Mouse models of human psychiatric disorders show that chronic stress can lead to depression. Mice lacking 5HT2CR show signs of stress response, hyperactivity, increased appetite and obesity. 5HT2CR mRNA is edited by two enzymes ADAR1 and ADAR2 that belong to a family of enzymes known as adenonsine deaminases that act on RNA (ADAR). ADAR1 and ADAR2 catalyze the conversion of adenosine to inosine in mRNA and therefore have the ability to change amino acid codons that can produce numerous isoforms of proteins. ADAR2 is able to autoedit its own transcript resulting in a truncated protein. To test whether autoediting is a regulatory mechanism, ADAR2 transgenic mice were generated that over express ADAR2 cDNA. The result was the development of a mouse with unique set of phenotypic alterations. First the transgenic mice became extremely obese that was mature onset. Paired feeding studies showed ADAR2 transgenic mice exhibit increased food intake without any apparent metabolic dysregulation. Prior to obesity the ADAR2 transgenic mice have normal plasma glucose, insulin and leptin levels but they have elevated levels of corticosterone. Most provocative is that when compared with age and weight-matched control littermates, ADAR2 transgenic mice have increased immobility time in both the Porsolt swim and tail suspension test. The Porsolt swim and tail suspension tests are reproducible and predictable for screening antidepressants. This may suggest that ADAR2 transgenic mice are a model of depression related behaviors. Several lines of evidence have implicated 5HT2CR in psychiatric disorders including depression. A gain or loss of 5HT2CR as a result of RNA editing is a potential mechanism for generating psychopathology. One of the consequences of ADAR2 RNA editing is alterations in the 5HT2CR. The hypothesis to be tested in the present application is that ADAR2 transgenic mice have altered 5HT2CR editing in brain subregions that have been implicated in depression, and hence have a blunted serotonin synaptic function which induces depression-like behavioral changes. Further characterization of depression-related behaviors and regional RNA editing of 5HT2CR in the brain of ADAR2 transgenic mice and their response to specific antidepressant drugs will provide an opportunity to evaluate a potentially valuable animal model of psychological depression and to gain insight into the mechanisms of this form of affective disorder.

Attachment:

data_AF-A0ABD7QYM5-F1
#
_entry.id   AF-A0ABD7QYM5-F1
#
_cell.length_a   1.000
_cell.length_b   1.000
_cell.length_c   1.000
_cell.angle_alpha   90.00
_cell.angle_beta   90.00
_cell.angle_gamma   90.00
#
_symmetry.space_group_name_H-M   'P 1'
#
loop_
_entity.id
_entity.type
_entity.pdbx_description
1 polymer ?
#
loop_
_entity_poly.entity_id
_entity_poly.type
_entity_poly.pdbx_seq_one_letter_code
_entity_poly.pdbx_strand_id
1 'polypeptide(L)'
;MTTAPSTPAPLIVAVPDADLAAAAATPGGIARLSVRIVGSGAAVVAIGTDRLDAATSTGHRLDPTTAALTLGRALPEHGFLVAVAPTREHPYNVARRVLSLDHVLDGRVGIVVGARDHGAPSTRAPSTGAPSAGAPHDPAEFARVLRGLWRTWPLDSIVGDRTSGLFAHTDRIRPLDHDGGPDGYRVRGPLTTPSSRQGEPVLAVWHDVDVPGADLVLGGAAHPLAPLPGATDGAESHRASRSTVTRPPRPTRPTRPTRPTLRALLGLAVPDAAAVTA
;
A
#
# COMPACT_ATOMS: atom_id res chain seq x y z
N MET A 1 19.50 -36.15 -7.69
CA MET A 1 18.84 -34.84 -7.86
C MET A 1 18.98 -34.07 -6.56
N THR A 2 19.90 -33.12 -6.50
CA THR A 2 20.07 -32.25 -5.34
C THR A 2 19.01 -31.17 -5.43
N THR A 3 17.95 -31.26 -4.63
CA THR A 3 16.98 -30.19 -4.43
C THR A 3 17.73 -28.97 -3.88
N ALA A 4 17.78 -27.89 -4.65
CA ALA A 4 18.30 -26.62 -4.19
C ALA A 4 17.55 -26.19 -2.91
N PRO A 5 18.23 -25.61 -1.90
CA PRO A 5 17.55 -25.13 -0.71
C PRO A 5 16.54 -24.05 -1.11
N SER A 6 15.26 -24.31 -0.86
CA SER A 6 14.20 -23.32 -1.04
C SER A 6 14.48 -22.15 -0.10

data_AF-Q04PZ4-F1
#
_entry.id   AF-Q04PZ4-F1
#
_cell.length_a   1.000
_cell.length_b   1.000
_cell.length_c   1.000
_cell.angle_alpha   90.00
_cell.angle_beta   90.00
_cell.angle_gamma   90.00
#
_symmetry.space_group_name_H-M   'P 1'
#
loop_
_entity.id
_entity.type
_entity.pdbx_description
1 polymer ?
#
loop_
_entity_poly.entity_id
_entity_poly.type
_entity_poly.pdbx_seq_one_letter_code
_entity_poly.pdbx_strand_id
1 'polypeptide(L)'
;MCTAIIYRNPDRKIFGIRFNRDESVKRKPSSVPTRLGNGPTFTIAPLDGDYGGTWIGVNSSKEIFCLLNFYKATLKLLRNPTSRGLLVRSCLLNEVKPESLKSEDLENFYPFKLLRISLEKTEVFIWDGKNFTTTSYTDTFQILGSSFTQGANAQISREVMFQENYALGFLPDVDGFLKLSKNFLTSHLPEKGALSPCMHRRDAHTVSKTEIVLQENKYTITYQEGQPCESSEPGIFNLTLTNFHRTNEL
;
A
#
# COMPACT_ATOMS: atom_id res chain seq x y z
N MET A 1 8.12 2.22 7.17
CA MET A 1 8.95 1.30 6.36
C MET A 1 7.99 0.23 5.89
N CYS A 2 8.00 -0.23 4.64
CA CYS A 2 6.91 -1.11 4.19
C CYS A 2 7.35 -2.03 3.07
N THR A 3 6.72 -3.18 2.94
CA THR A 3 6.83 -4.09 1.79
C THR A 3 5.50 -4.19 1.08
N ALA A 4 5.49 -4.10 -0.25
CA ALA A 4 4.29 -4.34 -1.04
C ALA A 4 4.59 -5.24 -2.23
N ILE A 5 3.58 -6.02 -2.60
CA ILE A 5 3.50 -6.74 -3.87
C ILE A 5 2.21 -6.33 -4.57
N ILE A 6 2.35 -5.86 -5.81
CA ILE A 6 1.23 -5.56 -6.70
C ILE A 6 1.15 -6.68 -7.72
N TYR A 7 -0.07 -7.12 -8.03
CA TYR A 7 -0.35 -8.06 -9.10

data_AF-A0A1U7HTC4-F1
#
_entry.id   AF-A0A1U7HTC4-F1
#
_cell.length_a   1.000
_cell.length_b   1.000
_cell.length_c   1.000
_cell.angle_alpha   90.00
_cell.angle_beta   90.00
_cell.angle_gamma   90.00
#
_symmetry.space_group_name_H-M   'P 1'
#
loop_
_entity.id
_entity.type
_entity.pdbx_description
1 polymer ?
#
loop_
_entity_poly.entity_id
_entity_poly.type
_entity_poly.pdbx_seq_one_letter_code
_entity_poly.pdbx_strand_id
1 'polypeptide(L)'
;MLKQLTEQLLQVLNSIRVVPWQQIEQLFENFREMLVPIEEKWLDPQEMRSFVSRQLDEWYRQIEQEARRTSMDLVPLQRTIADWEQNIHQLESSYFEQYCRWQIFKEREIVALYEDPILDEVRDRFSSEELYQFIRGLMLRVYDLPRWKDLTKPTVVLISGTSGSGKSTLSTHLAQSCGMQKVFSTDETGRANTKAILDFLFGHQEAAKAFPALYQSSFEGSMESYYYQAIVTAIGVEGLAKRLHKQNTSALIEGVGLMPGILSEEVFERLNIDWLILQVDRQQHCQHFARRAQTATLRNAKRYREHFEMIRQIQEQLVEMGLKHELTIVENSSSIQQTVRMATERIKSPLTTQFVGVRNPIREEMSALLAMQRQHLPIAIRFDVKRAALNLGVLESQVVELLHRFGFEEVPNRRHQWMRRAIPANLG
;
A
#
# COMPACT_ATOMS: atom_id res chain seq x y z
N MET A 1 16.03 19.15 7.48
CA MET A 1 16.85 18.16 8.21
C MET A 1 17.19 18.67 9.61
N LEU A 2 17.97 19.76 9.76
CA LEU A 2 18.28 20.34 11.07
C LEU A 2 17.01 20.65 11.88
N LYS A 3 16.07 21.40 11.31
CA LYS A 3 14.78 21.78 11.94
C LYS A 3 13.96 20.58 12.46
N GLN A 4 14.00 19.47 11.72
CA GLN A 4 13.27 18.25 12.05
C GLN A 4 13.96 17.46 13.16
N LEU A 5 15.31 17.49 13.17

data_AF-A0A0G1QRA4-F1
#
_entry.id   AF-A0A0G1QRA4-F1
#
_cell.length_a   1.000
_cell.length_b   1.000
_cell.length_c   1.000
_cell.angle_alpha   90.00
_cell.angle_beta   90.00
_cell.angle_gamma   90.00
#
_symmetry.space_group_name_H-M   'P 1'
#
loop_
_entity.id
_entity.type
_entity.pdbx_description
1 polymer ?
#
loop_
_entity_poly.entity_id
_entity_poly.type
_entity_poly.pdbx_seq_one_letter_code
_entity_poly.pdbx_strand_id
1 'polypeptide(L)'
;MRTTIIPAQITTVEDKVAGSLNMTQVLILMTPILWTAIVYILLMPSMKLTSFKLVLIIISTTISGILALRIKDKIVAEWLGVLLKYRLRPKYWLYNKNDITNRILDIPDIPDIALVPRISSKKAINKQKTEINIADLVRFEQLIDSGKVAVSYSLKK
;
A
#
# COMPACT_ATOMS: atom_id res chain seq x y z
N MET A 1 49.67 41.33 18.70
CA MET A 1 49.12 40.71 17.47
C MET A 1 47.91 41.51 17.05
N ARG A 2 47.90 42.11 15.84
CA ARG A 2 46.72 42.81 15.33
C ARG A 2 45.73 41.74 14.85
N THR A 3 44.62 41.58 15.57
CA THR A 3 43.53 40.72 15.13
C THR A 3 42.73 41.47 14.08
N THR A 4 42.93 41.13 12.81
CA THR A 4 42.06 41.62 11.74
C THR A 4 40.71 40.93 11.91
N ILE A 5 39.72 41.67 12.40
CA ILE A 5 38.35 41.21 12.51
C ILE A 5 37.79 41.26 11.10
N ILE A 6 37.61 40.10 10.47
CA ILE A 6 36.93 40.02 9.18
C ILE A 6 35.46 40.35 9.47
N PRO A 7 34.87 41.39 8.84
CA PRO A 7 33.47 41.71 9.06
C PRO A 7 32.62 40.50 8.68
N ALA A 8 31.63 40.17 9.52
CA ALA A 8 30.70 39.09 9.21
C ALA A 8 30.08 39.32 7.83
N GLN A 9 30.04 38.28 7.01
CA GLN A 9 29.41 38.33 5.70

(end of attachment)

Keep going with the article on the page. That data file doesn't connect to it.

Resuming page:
Public Health Relevance

The applicant has recently developed a new line of transgenic mouse that may have direct clinical relevance for the treatment of psychological depression. This application focuses on validation of the ADAR2 transgenic mouse as a model of psychological depression and the role of serotonin 2C receptor RNA editing leading to depression. The model may also be useful in examining neuronal substrates or loci involved in depression. Predicting clinical outcomes from a rodent model of psychological depression may further prove to be useful for understanding the efficacy and tolerability of antidepressants.

National Institute of Health (NIH)
National Institute of Mental Health (NIMH)
Exploratory/Developmental Grants (R21)
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Special Emphasis Panel (ZRG1-BDCN-A (90))
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Beckel-Mitchener, Andrea C
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University of Iowa
Schools of Arts and Sciences
Iowa City
United States
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Akubuiro, A; Bridget Zimmerman, M; Boles Ponto, L L et al. (2013) Hyperactive hypothalamus, motivated and non-distractible chronic overeating in ADAR2 transgenic mice. Genes Brain Behav 12:311-22
Singh, M; Singh, M M; Na, E et al. (2011) Altered ADAR 2 equilibrium and 5HT(2C) R editing in the prefrontal cortex of ADAR 2 transgenic mice. Genes Brain Behav 10:637-47